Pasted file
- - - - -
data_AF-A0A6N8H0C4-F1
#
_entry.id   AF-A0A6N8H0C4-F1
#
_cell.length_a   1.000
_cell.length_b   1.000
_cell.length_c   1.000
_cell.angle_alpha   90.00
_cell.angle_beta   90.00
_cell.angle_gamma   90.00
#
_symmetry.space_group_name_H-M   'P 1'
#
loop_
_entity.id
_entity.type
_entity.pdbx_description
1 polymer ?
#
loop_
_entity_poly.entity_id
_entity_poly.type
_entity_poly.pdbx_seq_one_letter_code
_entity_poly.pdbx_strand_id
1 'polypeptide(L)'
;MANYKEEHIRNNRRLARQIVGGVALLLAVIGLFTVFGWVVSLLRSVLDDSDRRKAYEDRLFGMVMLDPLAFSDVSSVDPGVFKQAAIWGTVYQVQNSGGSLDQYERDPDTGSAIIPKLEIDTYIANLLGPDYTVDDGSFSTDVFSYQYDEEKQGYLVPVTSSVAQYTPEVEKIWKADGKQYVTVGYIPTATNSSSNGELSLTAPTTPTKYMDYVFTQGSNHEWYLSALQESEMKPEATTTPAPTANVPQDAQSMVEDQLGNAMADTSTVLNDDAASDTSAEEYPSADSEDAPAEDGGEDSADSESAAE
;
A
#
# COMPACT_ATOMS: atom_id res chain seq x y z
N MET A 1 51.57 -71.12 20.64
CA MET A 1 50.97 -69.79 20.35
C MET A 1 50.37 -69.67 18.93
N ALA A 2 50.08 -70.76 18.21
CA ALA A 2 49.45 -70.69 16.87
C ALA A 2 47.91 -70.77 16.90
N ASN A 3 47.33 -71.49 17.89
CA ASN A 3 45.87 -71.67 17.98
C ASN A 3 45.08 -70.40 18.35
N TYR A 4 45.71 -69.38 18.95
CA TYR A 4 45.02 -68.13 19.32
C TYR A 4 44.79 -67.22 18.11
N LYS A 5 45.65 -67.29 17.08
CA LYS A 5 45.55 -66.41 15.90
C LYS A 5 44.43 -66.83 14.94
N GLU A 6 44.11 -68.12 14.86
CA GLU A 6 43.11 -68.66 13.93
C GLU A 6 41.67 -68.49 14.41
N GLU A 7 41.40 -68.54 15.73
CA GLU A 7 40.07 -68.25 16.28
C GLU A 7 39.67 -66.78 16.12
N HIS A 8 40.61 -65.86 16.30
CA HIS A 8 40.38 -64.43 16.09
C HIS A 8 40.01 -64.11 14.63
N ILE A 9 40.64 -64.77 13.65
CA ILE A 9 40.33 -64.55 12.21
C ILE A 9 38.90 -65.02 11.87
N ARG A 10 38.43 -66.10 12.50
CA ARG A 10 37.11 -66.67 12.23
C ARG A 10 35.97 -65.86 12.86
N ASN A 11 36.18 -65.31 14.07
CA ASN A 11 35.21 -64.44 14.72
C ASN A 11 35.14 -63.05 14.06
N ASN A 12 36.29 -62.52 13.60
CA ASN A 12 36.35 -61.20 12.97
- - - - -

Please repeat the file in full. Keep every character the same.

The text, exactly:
data_AF-A0A6N8H0C4-F1
#
_entry.id   AF-A0A6N8H0C4-F1
#
_cell.length_a   1.000
_cell.length_b   1.000
_cell.length_c   1.000
_cell.angle_alpha   90.00
_cell.angle_beta   90.00
_cell.angle_gamma   90.00
#
_symmetry.space_group_name_H-M   'P 1'
#
loop_
_entity.id
_entity.type
_entity.pdbx_description
1 polymer ?
#
loop_
_entity_poly.entity_id
_entity_poly.type
_entity_poly.pdbx_seq_one_letter_code
_entity_poly.pdbx_strand_id
1 'polypeptide(L)'
;MANYKEEHIRNNRRLARQIVGGVALLLAVIGLFTVFGWVVSLLRSVLDDSDRRKAYEDRLFGMVMLDPLAFSDVSSVDPGVFKQAAIWGTVYQVQNSGGSLDQYERDPDTGSAIIPKLEIDTYIANLLGPDYTVDDGSFSTDVFSYQYDEEKQGYLVPVTSSVAQYTPEVEKIWKADGKQYVTVGYIPTATNSSSNGELSLTAPTTPTKYMDYVFTQGSNHEWYLSALQESEMKPEATTTPAPTANVPQDAQSMVEDQLGNAMADTSTVLNDDAASDTSAEEYPSADSEDAPAEDGGEDSADSESAAE
;
A
#
# COMPACT_ATOMS: atom_id res chain seq x y z
N MET A 1 51.57 -71.12 20.64
CA MET A 1 50.97 -69.79 20.35
C MET A 1 50.37 -69.67 18.93
N ALA A 2 50.08 -70.76 18.21
CA ALA A 2 49.45 -70.69 16.87
C ALA A 2 47.91 -70.77 16.90
N ASN A 3 47.33 -71.49 17.89
CA ASN A 3 45.87 -71.67 17.98
C ASN A 3 45.08 -70.40 18.35
N TYR A 4 45.71 -69.38 18.95
CA TYR A 4 45.02 -68.13 19.32
C TYR A 4 44.79 -67.22 18.11
N LYS A 5 45.65 -67.29 17.08
CA LYS A 5 45.55 -66.41 15.90
C LYS A 5 44.43 -66.83 14.94
N GLU A 6 44.11 -68.12 14.86
CA GLU A 6 43.11 -68.66 13.93
C GLU A 6 41.67 -68.49 14.41
N GLU A 7 41.40 -68.54 15.73
CA GLU A 7 40.07 -68.25 16.28
C GLU A 7 39.67 -66.78 16.12
N HIS A 8 40.61 -65.86 16.30
CA HIS A 8 40.38 -64.43 16.09
C HIS A 8 40.01 -64.11 14.63
N ILE A 9 40.64 -64.77 13.65
CA ILE A 9 40.33 -64.55 12.21
C ILE A 9 38.90 -65.02 11.87
N ARG A 10 38.43 -66.10 12.50
CA ARG A 10 37.11 -66.67 12.23
C ARG A 10 35.97 -65.86 12.86
N ASN A 11 36.18 -65.31 14.07
CA ASN A 11 35.21 -64.44 14.72
C ASN A 11 35.14 -63.05 14.06
N ASN A 12 36.29 -62.52 13.60
CA ASN A 12 36.35 -61.20 12.97